social security

10,000 Baby Boomers are turning 65 every day[1] and Social Security will soon start to pay out more than it takes in.[2] While it’s unlikely that the government will ever get rid of the program, there will likely be some changes in the coming years. It’s important to understand the system and to work closely with your trusted financial professional on how recent and future Social Security changes can potentially impact your overall retirement plan. Here’s what you need to know about Social Security changes in 2020.

1.6% Cost of Living Adjustment

Social Security’s nearly 69 million beneficiaries will see an increase to their benefits this year. This means that the average monthly benefit for all retirees increases to $1,503 a month[3], and the maximum benefit increases to $3,790. This 1.6% increase isn’t as big as last year’s 2.8% Cost of Living Adjustment, but it’s much better than 2016’s 0.3% increase, or 2015’s 0% increase.[4]

Increased Taxes

With benefit increases come increased amount of earnings subject to the Social Security tax. In 2020, $137,700 in income will be subject to the tax, up from $132,900 in 2019.[5] Taxes don’t stop once you stop receiving a paycheck. More than half of Americans pay taxes on their benefits. If your combined income* as an individual is between $25,000 and $34,000 or is between $32,000 and $44,000 as a married couple filing jointly, up to 50% of your benefit may be taxable. And if your combined income is over these amounts, up to 85% of your benefit may be taxable.[6] Congress hasn’t increased these income thresholds to account for inflation since 1993.[7]

No More Paper Statements

This change to Social Security has nothing to do with money but it is very important to note: The Social Security Administration will no longer mail benefit statements to anyone under the age of 60. It’s important to check your statement to make sure your time spent working and earnings are recorded correctly. In fact, research shows that when these statements are only available online and are not mailed to recipients, people are less likely to view them and make optimal decisions when claiming their benefits.[8] To make an online account, either look for a letter with an activation code or go onto the Social Security administration’s website. Once you know what you’re owed, you can work closely with a trusted financial professional on a Social Security claiming strategy.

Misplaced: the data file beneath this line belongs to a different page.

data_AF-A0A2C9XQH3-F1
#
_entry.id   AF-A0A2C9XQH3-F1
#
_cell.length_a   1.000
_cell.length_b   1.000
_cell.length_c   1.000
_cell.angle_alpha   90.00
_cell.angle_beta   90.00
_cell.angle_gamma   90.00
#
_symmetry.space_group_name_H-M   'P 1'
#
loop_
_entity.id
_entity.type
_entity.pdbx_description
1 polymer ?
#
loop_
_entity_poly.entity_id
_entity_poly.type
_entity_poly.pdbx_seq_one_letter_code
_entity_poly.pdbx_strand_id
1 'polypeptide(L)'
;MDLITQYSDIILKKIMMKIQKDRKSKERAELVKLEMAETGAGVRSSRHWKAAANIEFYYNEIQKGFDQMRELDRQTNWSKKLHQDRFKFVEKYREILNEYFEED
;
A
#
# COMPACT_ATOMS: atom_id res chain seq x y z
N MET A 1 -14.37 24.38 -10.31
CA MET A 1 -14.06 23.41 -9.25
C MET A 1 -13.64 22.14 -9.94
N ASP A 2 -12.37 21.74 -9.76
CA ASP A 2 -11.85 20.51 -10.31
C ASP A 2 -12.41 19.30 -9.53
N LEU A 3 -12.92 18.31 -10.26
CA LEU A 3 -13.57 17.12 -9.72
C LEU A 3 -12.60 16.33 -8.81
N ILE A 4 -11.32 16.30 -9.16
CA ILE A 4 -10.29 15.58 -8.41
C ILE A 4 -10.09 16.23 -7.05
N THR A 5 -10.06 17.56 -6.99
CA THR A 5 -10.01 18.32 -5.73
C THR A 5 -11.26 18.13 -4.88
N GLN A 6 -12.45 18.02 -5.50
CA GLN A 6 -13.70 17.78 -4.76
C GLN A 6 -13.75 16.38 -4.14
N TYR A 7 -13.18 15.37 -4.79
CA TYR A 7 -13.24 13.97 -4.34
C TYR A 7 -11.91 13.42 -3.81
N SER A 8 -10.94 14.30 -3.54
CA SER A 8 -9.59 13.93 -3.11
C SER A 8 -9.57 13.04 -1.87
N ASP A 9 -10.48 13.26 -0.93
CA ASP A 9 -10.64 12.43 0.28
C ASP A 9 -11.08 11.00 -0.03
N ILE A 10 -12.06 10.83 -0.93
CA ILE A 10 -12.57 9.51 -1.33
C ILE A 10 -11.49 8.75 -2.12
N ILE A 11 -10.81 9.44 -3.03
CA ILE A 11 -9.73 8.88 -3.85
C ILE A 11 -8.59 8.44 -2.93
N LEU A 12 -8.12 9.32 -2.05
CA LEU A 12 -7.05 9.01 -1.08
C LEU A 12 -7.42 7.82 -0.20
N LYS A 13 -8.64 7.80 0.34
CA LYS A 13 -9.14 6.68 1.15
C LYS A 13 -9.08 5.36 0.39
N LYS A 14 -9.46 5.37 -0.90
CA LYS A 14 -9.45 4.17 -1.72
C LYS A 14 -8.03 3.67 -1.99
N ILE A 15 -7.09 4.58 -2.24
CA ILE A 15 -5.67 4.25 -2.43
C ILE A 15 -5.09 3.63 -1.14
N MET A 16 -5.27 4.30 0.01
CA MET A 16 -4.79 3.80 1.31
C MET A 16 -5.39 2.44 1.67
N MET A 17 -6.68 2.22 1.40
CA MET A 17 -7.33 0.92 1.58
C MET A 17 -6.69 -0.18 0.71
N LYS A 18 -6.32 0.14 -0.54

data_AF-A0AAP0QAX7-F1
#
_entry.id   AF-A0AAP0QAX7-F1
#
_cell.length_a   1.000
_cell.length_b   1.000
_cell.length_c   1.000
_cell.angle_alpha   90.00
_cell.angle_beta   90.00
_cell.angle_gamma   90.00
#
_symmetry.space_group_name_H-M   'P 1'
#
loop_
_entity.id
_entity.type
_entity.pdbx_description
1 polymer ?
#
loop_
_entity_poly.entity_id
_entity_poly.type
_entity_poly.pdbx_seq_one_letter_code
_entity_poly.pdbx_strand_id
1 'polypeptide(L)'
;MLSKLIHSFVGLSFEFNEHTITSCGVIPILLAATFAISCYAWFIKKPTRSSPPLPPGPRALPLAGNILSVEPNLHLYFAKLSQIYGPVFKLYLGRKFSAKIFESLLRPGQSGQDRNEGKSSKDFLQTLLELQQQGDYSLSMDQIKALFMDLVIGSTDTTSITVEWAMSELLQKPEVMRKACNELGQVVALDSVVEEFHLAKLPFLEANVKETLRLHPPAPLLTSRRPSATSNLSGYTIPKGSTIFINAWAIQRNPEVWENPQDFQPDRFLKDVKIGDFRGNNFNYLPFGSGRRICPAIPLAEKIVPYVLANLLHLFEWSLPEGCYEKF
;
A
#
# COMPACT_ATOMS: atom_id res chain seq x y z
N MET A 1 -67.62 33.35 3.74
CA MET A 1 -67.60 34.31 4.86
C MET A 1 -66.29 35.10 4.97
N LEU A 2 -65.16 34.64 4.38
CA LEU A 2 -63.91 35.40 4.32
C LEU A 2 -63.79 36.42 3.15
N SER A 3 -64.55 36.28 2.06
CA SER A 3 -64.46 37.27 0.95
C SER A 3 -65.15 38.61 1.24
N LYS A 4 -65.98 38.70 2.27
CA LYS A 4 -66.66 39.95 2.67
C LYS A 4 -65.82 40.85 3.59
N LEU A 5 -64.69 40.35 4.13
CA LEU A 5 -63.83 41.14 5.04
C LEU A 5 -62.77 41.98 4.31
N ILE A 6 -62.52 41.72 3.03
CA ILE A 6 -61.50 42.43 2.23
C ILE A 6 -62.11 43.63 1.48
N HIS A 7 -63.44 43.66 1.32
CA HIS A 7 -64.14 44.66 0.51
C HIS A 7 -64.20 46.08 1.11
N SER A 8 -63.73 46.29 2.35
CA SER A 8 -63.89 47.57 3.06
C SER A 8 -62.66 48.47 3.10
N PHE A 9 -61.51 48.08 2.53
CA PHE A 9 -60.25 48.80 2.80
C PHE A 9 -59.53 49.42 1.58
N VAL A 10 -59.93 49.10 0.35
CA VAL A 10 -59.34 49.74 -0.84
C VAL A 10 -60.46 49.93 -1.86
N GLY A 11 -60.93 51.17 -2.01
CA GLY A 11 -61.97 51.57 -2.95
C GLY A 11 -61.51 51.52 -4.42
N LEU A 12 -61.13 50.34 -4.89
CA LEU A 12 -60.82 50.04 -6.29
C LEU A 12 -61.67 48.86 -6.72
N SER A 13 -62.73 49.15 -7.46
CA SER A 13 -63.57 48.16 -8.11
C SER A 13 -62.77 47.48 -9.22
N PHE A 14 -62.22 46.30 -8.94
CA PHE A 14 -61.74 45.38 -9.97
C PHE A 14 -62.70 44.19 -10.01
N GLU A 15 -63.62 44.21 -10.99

You’ve paid into the Social Security system for your entire working life. So, take the time to find out how you can help maximize your benefit. We can help you make these complicated decisions and figure out how Social Security fits into your overall retirement plan.

*Combined income is equal to your adjusted gross income, plus nontaxable interest, plus half of your Social Security benefits.

[1] https://www.pewresearch.org/fact-tank/2010/12/29/baby-boomers-retire/

[2] https://www.nytimes.com/2019/06/12/business/social-security-shortfall-2020.html

[3] https://www.ssa.gov/news/press/factsheets/colafacts2020.pdf

[4] https://www.ssa.gov/OACT/COLA/examplemax.html

[5] https://www.ssa.gov/oact/cola/colaseries.html

[6] https://www.ssa.gov/oact/cola/cbb.html

[7] https://www.ssa.gov/planners/taxes.html

[8] https://www.ssa.gov/history/taxationofbenefits.html

[9] https://appam.confex.com/appam/2018/webprogram/Paper27806.html

Advisory services offered through Moore’s Wealth Advisory, A Member of Advisory Services Network, LLC.  Insurance products and services offered through Moore’s Wealth Management.  Advisory Services Network, LLC and Moore’s Wealth Management are not affiliated. The tax information contained herein is general and is not exhaustive by nature. Federal and state laws are complex and constantly changing. You should always consult your own legal or tax professional for information concerning your individual situation.